“There’s a few groups of fans, some of the Dutch fans, they come in mobs and they’re normally pretty funny. Then we’ve got a few groups of Toyota fans that follow us around the world. There’s a lady that follows us around and is literally at every event – every single race – I don’t know how she does it and she’s always bringing little toys and gifts for us.

“Those little things you take for granted I guess. They’ll be with us in spirit and hopefully on TV and some of that but we’ll miss them, already coming in today, very quiet paddock and normally it builds as the week goes on but obviously that’s not going to happen.”

Teams arrived on Monday but on-track running only commenced today, with practice time cut down from 12 hours in total to 11. The condensed schedule means fans will have plenty to follow from home throughout the compacted weekend.

“To be here on Monday and not be in the car until Thursday, sometimes you think that you should’ve stayed an extra day at home but I mean, what am I really going to do there? Cut the grass one more time?

“Sometimes you’d like more moments to yourself with this race week, sometimes it feels like you have too much time. It’s never the perfect balance but here I feel like we’ve got too much time to be honest! In the end we’re at the race track and it’s the best place in the end.”

Just 16sec separated the two Toyota cars last year after 24 hours of racing, and the cars will be pushing each other throughout the race once more, says Conway.

This year, the Rebellion cars will also be in the equation with two cars rather than the usual solitary entry by the team throughout the WEC season.

Rebellion team has already taken two wins in Shanghai and Texas, and Conway says that Toyota can’t ignore the challenge, even though there are none of the success handicaps at Le Mans, which hampered Toyota in those defeats.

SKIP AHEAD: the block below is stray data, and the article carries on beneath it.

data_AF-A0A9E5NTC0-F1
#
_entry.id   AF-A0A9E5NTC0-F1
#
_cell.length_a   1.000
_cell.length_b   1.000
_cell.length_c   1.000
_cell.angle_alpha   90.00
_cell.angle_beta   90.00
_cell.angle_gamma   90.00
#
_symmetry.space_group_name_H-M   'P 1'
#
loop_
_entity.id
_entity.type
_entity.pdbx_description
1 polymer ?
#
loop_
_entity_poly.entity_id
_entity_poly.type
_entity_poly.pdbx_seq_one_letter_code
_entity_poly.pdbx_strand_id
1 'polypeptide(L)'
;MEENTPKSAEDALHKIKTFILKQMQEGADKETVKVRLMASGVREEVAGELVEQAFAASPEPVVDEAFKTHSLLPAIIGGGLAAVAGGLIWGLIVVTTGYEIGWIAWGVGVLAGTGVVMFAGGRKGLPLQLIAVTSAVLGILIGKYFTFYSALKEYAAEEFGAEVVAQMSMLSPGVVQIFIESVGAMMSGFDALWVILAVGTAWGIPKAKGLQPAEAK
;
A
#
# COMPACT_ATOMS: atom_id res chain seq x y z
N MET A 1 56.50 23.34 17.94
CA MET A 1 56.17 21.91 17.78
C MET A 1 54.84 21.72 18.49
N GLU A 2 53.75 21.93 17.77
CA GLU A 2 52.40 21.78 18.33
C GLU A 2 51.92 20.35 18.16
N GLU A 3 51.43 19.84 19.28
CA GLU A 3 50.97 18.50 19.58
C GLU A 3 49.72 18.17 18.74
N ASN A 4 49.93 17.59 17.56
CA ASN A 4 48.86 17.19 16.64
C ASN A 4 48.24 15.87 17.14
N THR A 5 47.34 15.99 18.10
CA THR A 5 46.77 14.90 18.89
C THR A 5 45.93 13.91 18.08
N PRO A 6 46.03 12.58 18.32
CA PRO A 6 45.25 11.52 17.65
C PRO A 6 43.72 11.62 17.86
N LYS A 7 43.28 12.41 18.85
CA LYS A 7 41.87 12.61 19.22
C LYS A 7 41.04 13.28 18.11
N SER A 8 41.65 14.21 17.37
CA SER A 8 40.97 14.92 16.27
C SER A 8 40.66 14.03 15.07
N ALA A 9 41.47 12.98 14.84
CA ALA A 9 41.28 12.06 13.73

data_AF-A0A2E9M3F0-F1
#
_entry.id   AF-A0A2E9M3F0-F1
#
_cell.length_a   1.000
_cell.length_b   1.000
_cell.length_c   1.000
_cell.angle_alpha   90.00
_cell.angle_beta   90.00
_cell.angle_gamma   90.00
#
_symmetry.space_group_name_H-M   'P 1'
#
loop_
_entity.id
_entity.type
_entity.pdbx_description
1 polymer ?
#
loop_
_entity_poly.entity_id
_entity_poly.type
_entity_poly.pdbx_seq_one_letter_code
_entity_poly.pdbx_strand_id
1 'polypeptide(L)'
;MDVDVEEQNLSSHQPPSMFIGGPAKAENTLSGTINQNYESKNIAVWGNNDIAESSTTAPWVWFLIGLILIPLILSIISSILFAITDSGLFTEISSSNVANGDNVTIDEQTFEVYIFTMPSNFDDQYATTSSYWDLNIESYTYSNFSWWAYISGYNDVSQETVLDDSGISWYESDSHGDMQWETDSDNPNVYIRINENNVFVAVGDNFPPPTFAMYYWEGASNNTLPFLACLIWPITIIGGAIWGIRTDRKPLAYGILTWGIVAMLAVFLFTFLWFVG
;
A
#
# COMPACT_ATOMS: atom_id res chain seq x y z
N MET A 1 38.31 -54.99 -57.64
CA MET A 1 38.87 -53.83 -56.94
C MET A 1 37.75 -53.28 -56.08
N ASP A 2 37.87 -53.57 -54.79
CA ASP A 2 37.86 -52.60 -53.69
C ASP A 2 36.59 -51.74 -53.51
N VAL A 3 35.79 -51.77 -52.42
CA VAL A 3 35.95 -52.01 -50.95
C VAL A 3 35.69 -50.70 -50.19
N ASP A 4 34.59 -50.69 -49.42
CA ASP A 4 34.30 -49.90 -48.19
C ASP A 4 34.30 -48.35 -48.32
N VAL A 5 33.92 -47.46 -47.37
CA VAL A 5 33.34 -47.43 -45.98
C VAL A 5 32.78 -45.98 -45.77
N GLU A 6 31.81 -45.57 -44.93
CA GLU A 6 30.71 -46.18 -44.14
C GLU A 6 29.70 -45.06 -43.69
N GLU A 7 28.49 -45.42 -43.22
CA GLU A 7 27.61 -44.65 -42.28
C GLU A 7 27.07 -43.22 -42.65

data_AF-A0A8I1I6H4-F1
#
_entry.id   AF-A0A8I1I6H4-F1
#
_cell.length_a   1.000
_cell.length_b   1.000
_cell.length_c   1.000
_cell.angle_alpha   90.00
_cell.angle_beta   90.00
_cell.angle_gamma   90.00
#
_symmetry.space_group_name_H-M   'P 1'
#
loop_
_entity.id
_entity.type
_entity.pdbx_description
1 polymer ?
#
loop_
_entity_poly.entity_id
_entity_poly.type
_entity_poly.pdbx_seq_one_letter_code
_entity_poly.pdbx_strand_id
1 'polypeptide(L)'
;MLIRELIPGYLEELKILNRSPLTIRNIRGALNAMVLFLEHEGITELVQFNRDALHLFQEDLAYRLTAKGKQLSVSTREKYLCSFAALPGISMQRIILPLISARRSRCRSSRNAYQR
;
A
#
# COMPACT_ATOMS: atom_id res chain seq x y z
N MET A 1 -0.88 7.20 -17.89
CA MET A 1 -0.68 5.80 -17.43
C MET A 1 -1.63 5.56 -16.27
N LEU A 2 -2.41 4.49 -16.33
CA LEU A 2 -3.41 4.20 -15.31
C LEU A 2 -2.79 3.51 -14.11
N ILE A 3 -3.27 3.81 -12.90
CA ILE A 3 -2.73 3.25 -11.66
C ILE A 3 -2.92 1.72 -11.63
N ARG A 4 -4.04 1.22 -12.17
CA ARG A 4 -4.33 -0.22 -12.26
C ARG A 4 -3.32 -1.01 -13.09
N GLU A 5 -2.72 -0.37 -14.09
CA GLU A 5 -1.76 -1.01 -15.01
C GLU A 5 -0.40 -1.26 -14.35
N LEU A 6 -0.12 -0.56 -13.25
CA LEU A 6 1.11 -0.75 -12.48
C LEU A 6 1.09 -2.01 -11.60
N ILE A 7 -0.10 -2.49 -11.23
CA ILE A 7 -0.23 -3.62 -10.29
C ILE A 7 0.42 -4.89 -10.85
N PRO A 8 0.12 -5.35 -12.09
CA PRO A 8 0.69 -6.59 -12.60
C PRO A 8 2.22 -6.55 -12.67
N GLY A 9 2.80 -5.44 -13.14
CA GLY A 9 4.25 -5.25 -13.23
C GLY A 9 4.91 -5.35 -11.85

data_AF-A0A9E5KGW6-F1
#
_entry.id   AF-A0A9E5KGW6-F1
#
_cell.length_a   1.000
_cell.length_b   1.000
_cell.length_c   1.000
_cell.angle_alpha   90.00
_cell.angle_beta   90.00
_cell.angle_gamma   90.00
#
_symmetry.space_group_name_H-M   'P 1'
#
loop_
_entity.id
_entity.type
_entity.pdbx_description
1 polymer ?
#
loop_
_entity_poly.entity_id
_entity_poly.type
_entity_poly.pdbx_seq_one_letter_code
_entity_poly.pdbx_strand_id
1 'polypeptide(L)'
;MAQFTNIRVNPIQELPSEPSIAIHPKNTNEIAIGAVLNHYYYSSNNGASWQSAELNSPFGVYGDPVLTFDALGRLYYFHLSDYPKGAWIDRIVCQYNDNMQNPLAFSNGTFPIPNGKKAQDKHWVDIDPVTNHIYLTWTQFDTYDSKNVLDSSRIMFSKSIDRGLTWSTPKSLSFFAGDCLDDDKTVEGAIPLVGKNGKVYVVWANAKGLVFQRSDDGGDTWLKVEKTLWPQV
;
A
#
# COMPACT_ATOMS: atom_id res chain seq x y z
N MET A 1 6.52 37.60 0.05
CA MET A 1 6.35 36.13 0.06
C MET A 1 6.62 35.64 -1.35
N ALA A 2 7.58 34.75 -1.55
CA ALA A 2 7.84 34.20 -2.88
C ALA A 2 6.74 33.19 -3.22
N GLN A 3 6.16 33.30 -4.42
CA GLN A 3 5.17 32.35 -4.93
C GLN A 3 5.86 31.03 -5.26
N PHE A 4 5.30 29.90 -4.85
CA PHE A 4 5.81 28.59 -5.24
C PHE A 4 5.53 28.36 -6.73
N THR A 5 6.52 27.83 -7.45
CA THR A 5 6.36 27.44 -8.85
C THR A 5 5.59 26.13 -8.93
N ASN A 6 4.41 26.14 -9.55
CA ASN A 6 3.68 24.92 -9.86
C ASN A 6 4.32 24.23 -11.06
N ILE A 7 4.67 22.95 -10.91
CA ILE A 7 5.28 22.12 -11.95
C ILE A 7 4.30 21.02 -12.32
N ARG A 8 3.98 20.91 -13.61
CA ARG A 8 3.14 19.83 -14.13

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“We have a bit more weight than we did last year, [Rebellion] had the second-best average speeds, splitting the two Toyotas last year in terms of pace. We can’t count them out, they’re going to be right there. We’ve got to execute on both sides of the garage and see how it goes.”

If all does go to plan, are there plans for a socially-distanced celebration? Not quite.

“Normally we go and celebrate and it’s like we’ll do a spur of the moment thing. We didn’t want to put anything in place. Better not to plan anything. Even last year, I went out with Kamui, had a good night in Paris, had some good dinner and a good laugh after, and it was pretty funny.

“Sometimes the last-minute ones are the best. We’ll see what happens.”

Of course, it won’t just be victory at Le Mans that is at stake this weekend, with the season nearing its end in what will be the last hurrah of the LMP1 cars.

Conway is not only hoping for a first win in La Sarthe, but a WEC title as well, and he and his team have put themselves in the best spot to do so with two races remaining.

With 137 points and the lead of the championship over the sister Toyota, the No7 car is the one with it all to lose over Saturday and Sunday. Victory for either car would secure three wins in a row for the Japanese manufacturer at Le Mans.

“We’d love to do three-in-a-row for the team, it would be quite a special one. It’s never easy to win these things. The double-effect, it’s not just a big race but there’s the championship to think about as well. It makes things different. Obviously we want a good result not just for the race but for the championship.

“It would be a great team effort if we could. Fingers-crossed.”